Markets
CGC

What Should Investors Think of Canopy Growth's Deal With Drake?

Canopy Growth (NYSE: CGC) made headlines last week when it announced a business partnership with actor and musician Aubrey 'Drake' Graham, known as "Drake." For investors who have been disappointed by Canopy's recent financial losses and ever falling stock price, it was a much-needed piece of good news that sent the stock surging as the markets reacted to this unexpected surprise.

While Canopy has made a number of well-known celebrity partnerships with TV show host Martha Stewart, musician Snoop Dogg, and actor-comedian Seth Rogen, it's worth taking a moment to ask whether this recent announcement with Drake changes anything for Canopy's long-term prognosis.

Small cannabis plant held in tweezers with a blurry image in the background.

IMAGE SOURCE: GETTY IMAGES.

What we know about the deal

Announced late last Thursday, Canopy said it was launching a cannabis wellness company with Drake in his hometown of Toronto. Although no specific financial details were shared, Drake has a 60% stake in the company, known as More Life Growth Company, while Canopy will have a minority 40% share in the firm.

More Life Growth owns a license from Health Canada to grow, process, and sell cannabis. Canopy Growth will "provide all of the day-to-day operations and maintenance of the More Life Facility and will retain all of the rights to distribute the product that is cultivated at the More Life Facility."

Besides an official press release from Canopy, the exact details are scarce. However, what news investors did get was enough to send Canopy's shares up 11.8% over the course of the day.

Is this really a big deal?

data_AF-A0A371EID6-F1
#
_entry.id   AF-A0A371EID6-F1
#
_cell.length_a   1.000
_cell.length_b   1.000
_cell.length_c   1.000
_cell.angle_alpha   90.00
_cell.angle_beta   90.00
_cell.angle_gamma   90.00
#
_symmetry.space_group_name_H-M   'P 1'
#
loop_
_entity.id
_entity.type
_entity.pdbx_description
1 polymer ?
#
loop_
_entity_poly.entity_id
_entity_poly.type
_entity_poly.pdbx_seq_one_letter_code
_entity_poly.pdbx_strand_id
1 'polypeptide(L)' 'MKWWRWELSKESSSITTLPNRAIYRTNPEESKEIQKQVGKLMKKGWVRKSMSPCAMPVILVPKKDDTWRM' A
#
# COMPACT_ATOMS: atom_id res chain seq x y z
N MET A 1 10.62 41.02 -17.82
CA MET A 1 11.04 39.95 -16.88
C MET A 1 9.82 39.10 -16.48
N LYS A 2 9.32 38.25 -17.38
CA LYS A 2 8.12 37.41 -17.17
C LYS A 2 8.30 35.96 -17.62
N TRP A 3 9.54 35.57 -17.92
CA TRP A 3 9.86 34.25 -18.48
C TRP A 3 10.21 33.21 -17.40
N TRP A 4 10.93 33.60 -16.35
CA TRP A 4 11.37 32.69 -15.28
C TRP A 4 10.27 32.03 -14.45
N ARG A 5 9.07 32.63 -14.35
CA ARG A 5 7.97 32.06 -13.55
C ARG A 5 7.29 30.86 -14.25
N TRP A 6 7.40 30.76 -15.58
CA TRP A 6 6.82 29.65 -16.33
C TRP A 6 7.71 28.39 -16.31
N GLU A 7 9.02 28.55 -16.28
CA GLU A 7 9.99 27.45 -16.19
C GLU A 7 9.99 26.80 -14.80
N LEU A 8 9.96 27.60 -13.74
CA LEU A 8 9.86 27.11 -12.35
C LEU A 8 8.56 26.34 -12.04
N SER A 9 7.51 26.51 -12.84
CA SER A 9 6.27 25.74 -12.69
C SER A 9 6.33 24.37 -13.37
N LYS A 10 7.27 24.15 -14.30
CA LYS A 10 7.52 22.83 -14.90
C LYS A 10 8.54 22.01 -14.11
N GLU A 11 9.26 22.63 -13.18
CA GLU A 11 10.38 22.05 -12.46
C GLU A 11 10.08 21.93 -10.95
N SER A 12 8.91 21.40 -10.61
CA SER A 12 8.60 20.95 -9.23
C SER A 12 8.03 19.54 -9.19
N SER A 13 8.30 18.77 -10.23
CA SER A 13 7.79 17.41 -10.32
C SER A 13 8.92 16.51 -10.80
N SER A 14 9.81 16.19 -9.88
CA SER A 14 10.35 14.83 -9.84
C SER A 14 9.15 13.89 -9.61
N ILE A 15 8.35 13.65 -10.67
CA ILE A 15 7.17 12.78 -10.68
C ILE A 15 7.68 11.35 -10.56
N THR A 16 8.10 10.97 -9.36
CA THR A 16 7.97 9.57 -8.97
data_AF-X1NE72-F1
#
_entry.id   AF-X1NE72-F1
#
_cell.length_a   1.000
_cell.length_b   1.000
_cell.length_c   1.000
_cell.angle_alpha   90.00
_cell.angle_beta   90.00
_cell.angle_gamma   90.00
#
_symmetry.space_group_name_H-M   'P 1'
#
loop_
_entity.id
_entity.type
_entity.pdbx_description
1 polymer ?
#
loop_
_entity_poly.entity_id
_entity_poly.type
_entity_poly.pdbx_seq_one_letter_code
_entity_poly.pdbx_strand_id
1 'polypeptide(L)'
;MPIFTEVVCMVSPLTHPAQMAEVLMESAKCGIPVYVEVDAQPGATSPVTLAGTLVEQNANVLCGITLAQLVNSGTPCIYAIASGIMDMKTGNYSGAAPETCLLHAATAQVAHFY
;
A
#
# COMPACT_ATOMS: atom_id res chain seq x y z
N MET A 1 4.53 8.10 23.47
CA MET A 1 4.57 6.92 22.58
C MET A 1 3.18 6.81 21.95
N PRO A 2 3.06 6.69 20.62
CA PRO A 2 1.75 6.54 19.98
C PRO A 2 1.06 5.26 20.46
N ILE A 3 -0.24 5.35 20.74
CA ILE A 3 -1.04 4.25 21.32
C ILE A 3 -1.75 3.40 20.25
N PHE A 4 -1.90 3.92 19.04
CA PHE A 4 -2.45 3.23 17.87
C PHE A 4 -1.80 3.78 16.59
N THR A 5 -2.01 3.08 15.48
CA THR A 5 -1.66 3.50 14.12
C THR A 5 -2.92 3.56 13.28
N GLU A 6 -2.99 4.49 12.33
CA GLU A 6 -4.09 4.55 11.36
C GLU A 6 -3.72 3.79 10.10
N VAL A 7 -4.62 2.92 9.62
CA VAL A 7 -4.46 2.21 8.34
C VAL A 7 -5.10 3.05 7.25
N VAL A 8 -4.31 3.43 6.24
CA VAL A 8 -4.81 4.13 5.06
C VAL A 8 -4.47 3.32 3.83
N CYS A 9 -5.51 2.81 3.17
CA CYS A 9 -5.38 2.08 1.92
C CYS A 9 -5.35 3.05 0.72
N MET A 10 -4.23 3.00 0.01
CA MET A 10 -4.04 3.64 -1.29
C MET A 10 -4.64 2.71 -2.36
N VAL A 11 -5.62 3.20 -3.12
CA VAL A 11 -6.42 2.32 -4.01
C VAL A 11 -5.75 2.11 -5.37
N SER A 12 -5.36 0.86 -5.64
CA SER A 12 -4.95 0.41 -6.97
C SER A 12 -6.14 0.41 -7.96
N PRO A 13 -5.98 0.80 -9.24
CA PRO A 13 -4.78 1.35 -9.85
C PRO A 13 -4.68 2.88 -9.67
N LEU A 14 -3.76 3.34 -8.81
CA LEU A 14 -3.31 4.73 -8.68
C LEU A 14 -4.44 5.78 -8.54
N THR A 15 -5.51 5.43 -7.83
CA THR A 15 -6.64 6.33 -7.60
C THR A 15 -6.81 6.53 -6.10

While it's a symbolic victory for the cannabis industry as a whole, it's uncertain whether this newest celebrity partnership will yield much fruit for Canopy Growth itself. Previous partnerships, as in the case with Stewart, Snoop Dogg, and Rogen, all failed to materialize into anything substantial so far.

Both Snoop Dogg's Leafs by Snoop brand as well as Rogen's Houseplant brand haven't garnered much in the way of financial results. Houseplant, after several months of silence, announced a new series of products including pre-rolled joints and softgel capsules in October, but it's uncertain as to whether these products will end up becoming a significant revenue driver for Canopy. 

As for the partnership with Stewart, she originally hoped to provide advice for a potential animal healthcare product line, but nothing has materialized yet and it's anyone's guess when Canopy will provide an update about a potential animal healthcare product.

The point here is that from a tangible, financial standpoint, Canopy's celebrity partnerships haven't been particularly successful. While good publicity for both the company and the industry, investors shouldn't get too caught up in the excitement surrounding this announcement.

Branding isn't so important after all

While conventional business advice would suggest that branding is crucial in succeeding in a market as crowded as the cannabis space, new data suggests this might not be as important of a factor as first expected. A report from EY that looked into Canadian cannabis consumers found some interesting insights, most notable of which was that most users were far more indifferent on specific brands, with some consumer groups ranking it quite low in what they considered before making a buy.